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06-07-2012, 10:34 PM
Join Date: Feb 2009
Location: Northern Virginia
Originally Posted by
You're right, one really should build a regression model that adjusts for confounding variables and then check for a significant p value.
I was wrong earlier when I said that there was correlation - and you're right, there might not be statistical correlation (unless we check for extraneous values).
Better point: correlation isn't causation. Regression models can indicate correlation. There may not be a correlation between man-games-lost and wins, but is there a causal relationship between man-games-lost and wins?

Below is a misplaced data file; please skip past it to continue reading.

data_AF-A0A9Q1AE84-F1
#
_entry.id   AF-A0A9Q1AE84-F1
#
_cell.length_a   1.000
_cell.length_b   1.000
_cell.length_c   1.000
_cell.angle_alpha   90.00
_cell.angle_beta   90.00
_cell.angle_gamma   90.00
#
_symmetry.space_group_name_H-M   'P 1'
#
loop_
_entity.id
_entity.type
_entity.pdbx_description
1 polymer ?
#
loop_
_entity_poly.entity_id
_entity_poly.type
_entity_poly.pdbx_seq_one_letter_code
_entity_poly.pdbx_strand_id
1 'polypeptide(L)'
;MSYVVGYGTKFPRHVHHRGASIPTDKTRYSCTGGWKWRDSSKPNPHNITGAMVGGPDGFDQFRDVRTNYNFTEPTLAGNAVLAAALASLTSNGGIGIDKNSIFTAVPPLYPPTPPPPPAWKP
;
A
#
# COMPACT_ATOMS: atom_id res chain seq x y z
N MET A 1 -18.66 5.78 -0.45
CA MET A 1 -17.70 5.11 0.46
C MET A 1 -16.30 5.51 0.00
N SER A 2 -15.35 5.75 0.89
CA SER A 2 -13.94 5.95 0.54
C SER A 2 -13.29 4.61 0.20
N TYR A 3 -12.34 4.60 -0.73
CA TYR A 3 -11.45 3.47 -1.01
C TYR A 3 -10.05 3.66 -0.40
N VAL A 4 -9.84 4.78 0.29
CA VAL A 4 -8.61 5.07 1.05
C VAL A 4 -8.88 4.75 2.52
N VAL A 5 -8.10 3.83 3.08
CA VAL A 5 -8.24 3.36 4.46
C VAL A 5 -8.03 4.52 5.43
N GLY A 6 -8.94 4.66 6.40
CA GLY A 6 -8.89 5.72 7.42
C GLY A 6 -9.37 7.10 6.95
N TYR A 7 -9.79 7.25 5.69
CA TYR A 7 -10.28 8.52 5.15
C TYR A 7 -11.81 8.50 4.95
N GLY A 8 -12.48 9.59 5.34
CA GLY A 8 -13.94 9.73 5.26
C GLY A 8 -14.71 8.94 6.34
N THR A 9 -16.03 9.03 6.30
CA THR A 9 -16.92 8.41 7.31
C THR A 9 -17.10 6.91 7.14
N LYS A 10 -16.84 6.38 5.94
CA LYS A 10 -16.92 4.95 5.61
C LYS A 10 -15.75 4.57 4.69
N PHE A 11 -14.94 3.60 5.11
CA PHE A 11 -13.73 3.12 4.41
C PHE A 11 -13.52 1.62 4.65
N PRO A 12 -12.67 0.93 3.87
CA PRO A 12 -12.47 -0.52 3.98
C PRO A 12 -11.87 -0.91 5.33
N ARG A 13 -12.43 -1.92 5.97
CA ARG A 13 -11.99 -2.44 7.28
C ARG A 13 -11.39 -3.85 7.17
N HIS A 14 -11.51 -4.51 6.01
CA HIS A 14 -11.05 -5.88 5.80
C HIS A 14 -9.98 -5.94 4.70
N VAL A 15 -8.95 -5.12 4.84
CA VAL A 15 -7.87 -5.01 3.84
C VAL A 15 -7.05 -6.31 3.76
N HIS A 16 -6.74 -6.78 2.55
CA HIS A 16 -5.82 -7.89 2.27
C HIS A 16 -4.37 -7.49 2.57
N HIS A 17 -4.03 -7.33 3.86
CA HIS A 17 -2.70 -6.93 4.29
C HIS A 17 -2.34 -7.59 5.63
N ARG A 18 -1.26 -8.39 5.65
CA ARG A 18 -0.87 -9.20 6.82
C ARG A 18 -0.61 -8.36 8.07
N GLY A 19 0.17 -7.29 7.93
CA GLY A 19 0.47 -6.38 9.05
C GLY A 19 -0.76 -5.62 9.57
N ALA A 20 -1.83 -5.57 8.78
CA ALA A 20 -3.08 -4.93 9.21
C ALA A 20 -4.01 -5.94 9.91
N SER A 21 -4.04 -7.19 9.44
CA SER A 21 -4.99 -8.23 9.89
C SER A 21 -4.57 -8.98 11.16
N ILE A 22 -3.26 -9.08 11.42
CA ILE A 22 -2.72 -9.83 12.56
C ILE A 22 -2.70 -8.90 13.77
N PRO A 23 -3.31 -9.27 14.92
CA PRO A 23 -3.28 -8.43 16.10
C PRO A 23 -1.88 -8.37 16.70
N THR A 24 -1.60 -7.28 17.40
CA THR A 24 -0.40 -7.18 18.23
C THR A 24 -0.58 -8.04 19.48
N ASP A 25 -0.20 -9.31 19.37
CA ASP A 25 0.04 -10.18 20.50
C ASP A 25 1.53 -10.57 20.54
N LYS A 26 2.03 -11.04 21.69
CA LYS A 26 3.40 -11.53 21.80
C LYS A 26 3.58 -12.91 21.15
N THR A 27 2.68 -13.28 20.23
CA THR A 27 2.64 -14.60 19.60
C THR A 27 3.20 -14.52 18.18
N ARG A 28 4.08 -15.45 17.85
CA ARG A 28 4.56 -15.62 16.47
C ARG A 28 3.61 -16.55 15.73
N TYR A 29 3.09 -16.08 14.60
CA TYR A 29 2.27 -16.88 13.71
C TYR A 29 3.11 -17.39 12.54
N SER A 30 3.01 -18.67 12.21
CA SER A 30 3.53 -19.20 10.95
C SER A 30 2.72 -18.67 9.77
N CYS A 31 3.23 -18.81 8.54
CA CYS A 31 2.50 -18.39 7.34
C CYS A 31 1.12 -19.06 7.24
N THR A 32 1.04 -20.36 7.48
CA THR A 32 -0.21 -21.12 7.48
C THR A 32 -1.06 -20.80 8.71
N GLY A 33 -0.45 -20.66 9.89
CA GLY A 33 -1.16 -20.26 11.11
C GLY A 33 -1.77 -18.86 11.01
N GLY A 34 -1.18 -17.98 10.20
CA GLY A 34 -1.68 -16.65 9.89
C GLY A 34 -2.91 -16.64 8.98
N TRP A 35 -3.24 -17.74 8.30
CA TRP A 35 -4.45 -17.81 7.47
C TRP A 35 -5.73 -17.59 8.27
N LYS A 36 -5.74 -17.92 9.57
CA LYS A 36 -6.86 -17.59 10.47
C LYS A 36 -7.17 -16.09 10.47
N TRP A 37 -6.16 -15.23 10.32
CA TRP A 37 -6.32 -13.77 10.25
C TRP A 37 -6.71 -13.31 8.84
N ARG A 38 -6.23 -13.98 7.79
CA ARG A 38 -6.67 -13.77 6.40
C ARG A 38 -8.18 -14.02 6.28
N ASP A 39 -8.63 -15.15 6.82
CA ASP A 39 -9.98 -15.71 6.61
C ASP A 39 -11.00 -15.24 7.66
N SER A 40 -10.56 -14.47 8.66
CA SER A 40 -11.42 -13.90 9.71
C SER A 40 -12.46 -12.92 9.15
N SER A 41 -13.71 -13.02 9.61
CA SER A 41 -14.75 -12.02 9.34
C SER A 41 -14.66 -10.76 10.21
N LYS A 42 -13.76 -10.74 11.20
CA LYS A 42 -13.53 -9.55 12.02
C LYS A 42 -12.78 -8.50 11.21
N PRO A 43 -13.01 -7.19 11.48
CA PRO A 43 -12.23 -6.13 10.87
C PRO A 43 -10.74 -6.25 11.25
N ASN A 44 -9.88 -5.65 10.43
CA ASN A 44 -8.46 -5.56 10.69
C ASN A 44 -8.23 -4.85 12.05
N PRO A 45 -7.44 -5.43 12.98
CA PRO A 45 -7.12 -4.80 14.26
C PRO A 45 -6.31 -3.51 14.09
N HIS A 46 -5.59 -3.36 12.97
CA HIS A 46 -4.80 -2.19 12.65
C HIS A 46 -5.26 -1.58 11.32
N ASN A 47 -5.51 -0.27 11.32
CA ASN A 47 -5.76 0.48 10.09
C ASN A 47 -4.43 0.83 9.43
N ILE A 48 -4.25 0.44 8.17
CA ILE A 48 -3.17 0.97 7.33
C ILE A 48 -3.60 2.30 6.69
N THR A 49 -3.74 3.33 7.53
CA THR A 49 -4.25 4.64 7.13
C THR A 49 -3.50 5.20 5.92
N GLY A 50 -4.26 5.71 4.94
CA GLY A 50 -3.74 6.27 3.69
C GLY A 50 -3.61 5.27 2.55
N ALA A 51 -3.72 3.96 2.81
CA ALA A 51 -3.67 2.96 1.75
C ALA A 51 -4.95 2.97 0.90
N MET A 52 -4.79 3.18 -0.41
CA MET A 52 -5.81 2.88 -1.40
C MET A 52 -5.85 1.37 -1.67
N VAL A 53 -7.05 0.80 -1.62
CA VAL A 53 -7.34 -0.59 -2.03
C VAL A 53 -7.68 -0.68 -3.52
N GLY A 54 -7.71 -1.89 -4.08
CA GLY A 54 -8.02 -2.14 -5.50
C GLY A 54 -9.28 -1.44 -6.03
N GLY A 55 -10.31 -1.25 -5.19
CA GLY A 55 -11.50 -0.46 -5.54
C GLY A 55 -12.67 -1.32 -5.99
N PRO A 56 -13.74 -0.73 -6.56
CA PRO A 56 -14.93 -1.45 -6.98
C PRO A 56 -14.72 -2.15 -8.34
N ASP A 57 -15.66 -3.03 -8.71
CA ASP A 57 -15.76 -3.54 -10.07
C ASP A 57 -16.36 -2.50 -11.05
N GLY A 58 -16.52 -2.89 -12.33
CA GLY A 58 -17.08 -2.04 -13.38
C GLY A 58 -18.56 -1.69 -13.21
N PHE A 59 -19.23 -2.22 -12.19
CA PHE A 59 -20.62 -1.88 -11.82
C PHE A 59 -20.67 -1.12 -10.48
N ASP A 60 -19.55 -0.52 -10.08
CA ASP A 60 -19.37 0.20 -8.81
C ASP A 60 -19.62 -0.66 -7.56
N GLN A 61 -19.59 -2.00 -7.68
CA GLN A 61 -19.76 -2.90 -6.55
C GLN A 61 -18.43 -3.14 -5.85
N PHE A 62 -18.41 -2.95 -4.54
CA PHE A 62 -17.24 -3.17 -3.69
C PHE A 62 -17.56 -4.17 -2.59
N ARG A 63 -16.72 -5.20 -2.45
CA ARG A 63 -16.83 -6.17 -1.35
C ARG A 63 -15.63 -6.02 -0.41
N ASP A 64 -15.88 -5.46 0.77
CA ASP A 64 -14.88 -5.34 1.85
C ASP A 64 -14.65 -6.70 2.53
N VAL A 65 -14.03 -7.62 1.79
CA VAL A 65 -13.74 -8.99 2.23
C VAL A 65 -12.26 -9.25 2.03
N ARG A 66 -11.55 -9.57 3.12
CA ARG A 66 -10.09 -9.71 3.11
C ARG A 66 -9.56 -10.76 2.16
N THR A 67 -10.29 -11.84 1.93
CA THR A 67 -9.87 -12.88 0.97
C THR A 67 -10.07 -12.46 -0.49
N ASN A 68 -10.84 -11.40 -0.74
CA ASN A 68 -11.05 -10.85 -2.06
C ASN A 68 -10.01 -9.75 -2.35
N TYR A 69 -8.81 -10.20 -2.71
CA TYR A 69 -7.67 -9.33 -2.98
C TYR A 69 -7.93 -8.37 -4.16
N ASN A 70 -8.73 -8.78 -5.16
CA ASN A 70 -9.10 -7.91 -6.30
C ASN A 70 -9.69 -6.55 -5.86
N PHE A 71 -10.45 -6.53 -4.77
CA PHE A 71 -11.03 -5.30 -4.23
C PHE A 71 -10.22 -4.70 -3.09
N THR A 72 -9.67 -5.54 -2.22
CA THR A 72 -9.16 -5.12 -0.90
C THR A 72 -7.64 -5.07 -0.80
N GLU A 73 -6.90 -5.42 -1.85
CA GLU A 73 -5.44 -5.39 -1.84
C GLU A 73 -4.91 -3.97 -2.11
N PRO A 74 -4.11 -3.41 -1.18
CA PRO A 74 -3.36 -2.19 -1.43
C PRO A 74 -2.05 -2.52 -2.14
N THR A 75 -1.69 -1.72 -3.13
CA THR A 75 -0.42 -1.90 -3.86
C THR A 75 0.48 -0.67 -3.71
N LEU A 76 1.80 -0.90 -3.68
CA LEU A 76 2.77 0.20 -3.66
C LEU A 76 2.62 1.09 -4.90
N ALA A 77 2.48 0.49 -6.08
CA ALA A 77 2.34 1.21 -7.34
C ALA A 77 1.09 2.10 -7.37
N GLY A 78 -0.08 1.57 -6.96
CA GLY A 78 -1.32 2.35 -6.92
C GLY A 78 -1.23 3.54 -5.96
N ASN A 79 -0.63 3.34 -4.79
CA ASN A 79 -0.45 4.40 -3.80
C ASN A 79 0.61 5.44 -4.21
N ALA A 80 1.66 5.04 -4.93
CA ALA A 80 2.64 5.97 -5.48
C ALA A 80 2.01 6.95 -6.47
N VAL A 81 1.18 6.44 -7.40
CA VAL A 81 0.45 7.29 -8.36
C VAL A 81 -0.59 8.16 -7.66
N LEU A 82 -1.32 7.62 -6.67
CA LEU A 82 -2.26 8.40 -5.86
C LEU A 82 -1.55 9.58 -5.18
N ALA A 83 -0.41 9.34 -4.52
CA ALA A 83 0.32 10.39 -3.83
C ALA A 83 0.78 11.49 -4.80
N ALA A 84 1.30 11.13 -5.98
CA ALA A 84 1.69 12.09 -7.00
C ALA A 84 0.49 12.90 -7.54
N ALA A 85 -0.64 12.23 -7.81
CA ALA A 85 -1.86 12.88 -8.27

This difference is the mistake that the quants made on Wall Street. The PhD's Wall Street hired applied models in an attempt to predict an interactively complex system. The ones that AIG hired told them that there was a 99.85 percent chance of never having to pay out on credit-default swaps. Didn't work out so well. Did the .15 just happen, or were the models wrong?
Taking two data points (man-games-lost and wins/loses), using a regression model, and determining that because there's no correlation, they don't effect each other is like using a set of pliers to dissect a giraffe. The pliers work just fine. Wrong tool.
There are so many variables that aren't considered in that model. I'm not great at math, but I can tell where it applies, and where it doesn't apply well.
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